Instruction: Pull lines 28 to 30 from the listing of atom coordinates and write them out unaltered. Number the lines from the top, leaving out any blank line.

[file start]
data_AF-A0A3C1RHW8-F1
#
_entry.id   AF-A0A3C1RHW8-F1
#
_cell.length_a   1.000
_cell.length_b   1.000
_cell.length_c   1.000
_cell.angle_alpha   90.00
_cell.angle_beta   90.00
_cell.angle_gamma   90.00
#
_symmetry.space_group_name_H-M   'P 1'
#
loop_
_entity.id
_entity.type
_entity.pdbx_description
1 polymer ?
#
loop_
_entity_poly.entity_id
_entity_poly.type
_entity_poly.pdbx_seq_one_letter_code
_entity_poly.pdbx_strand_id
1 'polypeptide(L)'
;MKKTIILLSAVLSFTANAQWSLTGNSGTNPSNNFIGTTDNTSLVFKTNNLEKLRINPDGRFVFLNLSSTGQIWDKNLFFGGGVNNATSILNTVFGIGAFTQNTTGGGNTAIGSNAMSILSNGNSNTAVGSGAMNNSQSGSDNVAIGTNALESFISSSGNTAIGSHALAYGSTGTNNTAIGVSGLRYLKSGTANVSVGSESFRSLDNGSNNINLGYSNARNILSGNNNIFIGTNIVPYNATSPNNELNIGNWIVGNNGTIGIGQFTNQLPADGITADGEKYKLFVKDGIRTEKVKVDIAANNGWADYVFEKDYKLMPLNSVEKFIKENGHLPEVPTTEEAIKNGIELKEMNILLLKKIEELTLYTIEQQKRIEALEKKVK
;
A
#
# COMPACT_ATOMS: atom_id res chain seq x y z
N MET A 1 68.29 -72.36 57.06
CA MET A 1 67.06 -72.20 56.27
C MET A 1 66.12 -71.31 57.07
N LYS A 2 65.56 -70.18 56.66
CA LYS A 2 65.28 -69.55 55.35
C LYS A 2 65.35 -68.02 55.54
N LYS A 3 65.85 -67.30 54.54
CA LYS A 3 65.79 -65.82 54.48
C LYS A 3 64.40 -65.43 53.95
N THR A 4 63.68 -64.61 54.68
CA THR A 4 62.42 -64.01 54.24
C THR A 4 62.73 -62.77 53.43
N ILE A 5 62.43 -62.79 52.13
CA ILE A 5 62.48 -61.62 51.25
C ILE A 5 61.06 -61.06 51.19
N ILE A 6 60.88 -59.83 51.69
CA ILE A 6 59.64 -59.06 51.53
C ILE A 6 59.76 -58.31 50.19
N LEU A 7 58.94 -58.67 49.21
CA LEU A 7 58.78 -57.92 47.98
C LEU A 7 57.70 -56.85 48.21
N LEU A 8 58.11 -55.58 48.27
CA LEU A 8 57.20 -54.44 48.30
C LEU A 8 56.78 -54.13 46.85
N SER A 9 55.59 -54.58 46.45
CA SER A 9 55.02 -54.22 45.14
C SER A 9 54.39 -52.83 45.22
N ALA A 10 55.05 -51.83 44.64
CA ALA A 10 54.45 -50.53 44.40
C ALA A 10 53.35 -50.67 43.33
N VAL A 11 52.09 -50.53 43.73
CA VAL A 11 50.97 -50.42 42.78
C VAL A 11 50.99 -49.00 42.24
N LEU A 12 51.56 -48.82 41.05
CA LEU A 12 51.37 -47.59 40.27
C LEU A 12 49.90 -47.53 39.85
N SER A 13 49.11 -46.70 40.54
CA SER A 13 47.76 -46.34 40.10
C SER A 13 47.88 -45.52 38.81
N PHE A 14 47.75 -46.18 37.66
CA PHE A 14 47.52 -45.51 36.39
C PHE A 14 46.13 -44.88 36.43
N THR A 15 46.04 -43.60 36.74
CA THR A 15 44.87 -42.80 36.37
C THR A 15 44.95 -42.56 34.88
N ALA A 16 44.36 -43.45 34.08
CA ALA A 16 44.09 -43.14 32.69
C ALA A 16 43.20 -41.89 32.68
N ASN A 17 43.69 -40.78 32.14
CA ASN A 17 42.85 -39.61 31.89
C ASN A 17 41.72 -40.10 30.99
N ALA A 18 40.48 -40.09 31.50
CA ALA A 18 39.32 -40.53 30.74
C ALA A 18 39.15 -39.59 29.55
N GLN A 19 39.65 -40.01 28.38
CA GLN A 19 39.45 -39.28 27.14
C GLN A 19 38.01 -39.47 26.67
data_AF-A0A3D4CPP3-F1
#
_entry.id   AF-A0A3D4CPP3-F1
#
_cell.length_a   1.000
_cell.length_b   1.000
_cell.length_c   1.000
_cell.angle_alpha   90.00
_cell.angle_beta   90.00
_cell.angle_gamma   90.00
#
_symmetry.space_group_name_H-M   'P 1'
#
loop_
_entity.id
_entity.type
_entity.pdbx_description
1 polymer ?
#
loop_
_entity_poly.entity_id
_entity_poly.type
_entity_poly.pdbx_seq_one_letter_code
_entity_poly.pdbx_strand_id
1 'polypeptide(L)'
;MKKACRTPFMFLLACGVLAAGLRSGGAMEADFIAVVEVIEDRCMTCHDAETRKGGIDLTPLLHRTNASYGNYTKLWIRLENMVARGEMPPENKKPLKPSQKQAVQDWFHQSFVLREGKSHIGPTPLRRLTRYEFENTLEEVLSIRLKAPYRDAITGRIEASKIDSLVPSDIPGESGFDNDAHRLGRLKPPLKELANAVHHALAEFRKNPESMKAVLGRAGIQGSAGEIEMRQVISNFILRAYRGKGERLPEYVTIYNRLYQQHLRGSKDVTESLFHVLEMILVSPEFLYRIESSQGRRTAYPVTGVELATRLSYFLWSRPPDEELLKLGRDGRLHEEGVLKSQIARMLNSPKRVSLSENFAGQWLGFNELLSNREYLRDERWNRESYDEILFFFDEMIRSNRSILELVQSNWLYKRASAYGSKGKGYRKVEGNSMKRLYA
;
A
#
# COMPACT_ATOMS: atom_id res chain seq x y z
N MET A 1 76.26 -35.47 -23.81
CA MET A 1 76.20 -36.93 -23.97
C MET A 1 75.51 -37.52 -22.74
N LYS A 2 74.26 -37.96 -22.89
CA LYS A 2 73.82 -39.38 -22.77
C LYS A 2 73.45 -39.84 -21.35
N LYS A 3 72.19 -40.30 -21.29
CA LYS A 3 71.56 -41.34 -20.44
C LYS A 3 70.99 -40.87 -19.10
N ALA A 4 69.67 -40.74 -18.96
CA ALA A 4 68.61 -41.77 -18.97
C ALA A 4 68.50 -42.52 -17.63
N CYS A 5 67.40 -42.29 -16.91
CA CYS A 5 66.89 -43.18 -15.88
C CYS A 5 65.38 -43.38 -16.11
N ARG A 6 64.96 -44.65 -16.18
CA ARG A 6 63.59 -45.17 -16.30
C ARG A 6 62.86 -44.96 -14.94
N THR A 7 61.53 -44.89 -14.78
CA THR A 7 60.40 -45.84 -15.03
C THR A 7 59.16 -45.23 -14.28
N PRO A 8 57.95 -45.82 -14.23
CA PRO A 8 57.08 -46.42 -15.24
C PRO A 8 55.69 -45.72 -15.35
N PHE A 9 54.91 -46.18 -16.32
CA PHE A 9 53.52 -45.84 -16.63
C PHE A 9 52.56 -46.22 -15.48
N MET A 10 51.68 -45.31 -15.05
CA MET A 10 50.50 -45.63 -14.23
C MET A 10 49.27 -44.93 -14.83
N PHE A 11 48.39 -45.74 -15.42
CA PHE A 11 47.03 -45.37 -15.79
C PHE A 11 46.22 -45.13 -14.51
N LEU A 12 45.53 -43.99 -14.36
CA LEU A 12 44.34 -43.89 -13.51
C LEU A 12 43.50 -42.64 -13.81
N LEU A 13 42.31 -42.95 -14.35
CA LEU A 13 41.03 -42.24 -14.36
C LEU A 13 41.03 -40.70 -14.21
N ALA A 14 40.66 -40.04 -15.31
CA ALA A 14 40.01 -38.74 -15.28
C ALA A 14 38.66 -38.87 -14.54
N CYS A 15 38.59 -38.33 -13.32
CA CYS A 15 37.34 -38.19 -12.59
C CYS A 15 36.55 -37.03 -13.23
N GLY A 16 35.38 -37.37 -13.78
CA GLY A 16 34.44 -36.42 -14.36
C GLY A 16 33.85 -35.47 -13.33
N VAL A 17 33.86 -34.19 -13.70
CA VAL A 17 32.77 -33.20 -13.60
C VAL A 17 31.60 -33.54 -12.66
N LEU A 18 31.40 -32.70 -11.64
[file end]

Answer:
A
#
# COMPACT_ATOMS: atom_id res chain seq x y z